Donetsk in normal times was a bustling metropolis of a million people, the largest city in industrial eastern Ukraine, home to coal mines and steel mills. But for the last year, civil war has engulfed the region, despite ceasefire agreements and ongoing diplomacy.
The city serves as the capital of the self-styled “Donetsk People’s Republic” of pro-Russian separatists against the Ukrainian government in Kiev, and the front lines are only a few miles from downtown. Fierce fighting at the airport and surrounding regions has persisted for months.
Without air or rail connections anymore, Donetsk has become a surreal alternate universe of a city. The power is on, hot water flows from the taps and the garbage gets picked up, but all banks and post offices are closed. There’s a nightly curfew, and the streets mostly empty except for soldiers and armed men. Humanitarian aid trickles in from both Russia and Ukraine, and long lines form whenever there is a distribution. Thousands of people, especially the elderly and vulnerable, live in local community center or school basements converted into makeshift bomb shelters, either because their homes are too close to the front or were destroyed.
The war has ratcheted up in recent weeks with a separatist offensive and increased shelling killing civilians on both sides. President Barack Obama is publicly debating whether or not the United States should provide Ukraine with weapons as well as non-lethal assistance, and Donetsk’s isolation has increased with some Ukrainian mobile phone companies cutting off service because they cannot access or maintain their cell towers and equipment there.
One architectural casualty has been the Donetsk Regional History Museum, badly damaged by bombing last summer and still struggling to recover. An entire wing of the structure collapsed, and explosions shattered every piece of glass. Makeshift plywood and plastic sheeting covers the window frames of the surviving parts of the building.
The Donetsk Regional History Museum was damaged by shelling in August.
Nikolai Sklyalov, 53, the senior science curator, gave me a tour in late December. I found him in the dimly lit entrance next to two large stuffed moose that were saved from the debris. He explained that they have received no help other than from local volunteers: “We are repairing everything by ourselves. No windows, no doors. Our last regular salary was in June, and we received some emergency money in September, but that’s been it. We had 160 employees before, now we are down to 60.”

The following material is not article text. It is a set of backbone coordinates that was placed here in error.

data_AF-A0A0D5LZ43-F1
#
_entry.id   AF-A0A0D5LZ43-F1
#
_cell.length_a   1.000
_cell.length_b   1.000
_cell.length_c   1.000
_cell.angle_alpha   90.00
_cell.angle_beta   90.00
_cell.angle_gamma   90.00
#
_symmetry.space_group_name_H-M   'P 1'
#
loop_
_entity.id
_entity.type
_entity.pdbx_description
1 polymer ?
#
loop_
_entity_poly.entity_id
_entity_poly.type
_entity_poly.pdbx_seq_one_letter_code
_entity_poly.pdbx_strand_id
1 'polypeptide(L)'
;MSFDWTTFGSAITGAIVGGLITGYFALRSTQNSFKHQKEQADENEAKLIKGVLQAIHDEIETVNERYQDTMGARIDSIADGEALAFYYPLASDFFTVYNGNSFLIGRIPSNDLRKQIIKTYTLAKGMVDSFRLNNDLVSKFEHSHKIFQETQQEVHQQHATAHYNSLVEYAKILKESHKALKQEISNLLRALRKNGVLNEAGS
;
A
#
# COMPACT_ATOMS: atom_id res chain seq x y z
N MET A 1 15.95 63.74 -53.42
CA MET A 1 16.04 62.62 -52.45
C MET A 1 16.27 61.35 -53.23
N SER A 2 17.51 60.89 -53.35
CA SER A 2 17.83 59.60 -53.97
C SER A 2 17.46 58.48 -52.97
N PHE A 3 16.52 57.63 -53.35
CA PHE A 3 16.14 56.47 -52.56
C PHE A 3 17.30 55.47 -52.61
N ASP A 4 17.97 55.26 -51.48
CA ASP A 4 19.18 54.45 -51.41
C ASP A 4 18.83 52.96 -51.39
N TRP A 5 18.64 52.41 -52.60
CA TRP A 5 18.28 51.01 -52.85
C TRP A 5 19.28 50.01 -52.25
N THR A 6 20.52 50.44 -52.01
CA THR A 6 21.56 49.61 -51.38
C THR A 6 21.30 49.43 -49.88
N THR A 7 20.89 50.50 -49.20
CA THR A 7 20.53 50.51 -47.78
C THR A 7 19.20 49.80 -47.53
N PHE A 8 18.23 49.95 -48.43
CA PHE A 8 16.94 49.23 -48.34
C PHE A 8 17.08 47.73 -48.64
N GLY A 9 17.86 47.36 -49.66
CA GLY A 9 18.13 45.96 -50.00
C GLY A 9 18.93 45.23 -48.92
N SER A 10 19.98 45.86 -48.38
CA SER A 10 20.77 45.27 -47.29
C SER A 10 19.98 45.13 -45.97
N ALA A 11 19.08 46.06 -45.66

Nikolai Sklyalov, 53, is the senior science curator at Donetsk Regional History Museum. He’s pictured here with an architectural model of an Orthodox church.
Luckily, the bombardment came at night when the museum was already closed for the day so nobody was hurt. According to Sklyakov, the first impacts were near misses, nicking some of the statuary in the garden. Then the clock stopped at 8:43 p.m. with direct hits. He didn’t want to say whether he thought the museum was targeted, or if it was a mistake.
He admitted that there had been a “little bit of looting” afterward and that they don’t have an accurate inventory of what’s left. “We planned to reopen some halls before the New Year but now we’re delayed. We have to check against our register; some exhibits are under the ruins. Nor can we reach the archaeology collection in the basement.”
The halls have been largely cleaned up, with only the largest items remaining, including a woolly mammoth wrapped up in protective blanketing, its tusks protruding, composer Sergei Prokofiev’s grand piano, and an architectural model of an Orthodox church. The newest acquisitions lie on the floor of the main corridor: shards of twisted metal, the remnants of rockets and bombs collected from current battlefields.
Two taxidermied moose that were salvaged from Donetsk Regional History Museum’s destroyed natural history exhibit.
The collapsed wing formerly housed the museum’s natural history exhibit. Showing me the wreckage, Sklyakov said, “Here was the music of the forest: deer, swans and big fish. Children loved it.”
Like municipal museums the world over, Donetsk’s was modest in scope and mission, with students on school trips possibly being the largest audience. The 150,000 items in the collection were largely mundane, focusing on ephemera and flora and fauna.
“While we’re here, we’ll survive,” the curator concluded, “but we will not be able to reopen on our own. We need financial and moral support.”
Alan Chin was born and raised in New York City’s Chinatown. Since 1996, he has worked in China, the former Yugoslavia, Afghanistan, Iraq and Central Asia. Domestically, Alan has followed the historic trail of the Civil Rights movement, documented the aftermath of Hurricane Katrina and covered the 2008 presidential campaign. He is a contributing photographer to Newsweek, the New York Times and BagNews, an editor and photographer at Newsmotion and a photographer at Facing Change: Documenting America (FCDA). Alan’s work is in the collection of the Museum of Modern Art.